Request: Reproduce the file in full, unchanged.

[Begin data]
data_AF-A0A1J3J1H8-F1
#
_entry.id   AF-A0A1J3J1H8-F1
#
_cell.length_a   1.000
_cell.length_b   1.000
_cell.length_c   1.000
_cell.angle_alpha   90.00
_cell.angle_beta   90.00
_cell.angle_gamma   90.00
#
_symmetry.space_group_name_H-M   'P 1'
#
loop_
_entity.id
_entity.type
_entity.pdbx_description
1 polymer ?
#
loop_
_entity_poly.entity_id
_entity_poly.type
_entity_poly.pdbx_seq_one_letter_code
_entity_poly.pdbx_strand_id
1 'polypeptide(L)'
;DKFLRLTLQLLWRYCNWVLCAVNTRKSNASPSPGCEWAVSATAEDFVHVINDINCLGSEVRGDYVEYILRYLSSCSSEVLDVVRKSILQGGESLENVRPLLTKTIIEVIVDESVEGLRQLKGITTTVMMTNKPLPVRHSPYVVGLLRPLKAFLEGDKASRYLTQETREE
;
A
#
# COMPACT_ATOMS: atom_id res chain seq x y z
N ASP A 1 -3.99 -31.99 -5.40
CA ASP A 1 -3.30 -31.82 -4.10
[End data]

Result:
data_AF-A0A1J3J1H8-F1
#
_entry.id   AF-A0A1J3J1H8-F1
#
_cell.length_a   1.000
_cell.length_b   1.000
_cell.length_c   1.000
_cell.angle_alpha   90.00
_cell.angle_beta   90.00
_cell.angle_gamma   90.00
#
_symmetry.space_group_name_H-M   'P 1'
#
loop_
_entity.id
_entity.type
_entity.pdbx_description
1 polymer ?
#
loop_
_entity_poly.entity_id
_entity_poly.type
_entity_poly.pdbx_seq_one_letter_code
_entity_poly.pdbx_strand_id
1 'polypeptide(L)'
;DKFLRLTLQLLWRYCNWVLCAVNTRKSNASPSPGCEWAVSATAEDFVHVINDINCLGSEVRGDYVEYILRYLSSCSSEVLDVVRKSILQGGESLENVRPLLTKTIIEVIVDESVEGLRQLKGITTTVMMTNKPLPVRHSPYVVGLLRPLKAFLEGDKASRYLTQETREE
;
A
#
# COMPACT_ATOMS: atom_id res chain seq x y z
N ASP A 1 -3.99 -31.99 -5.40
CA ASP A 1 -3.30 -31.82 -4.10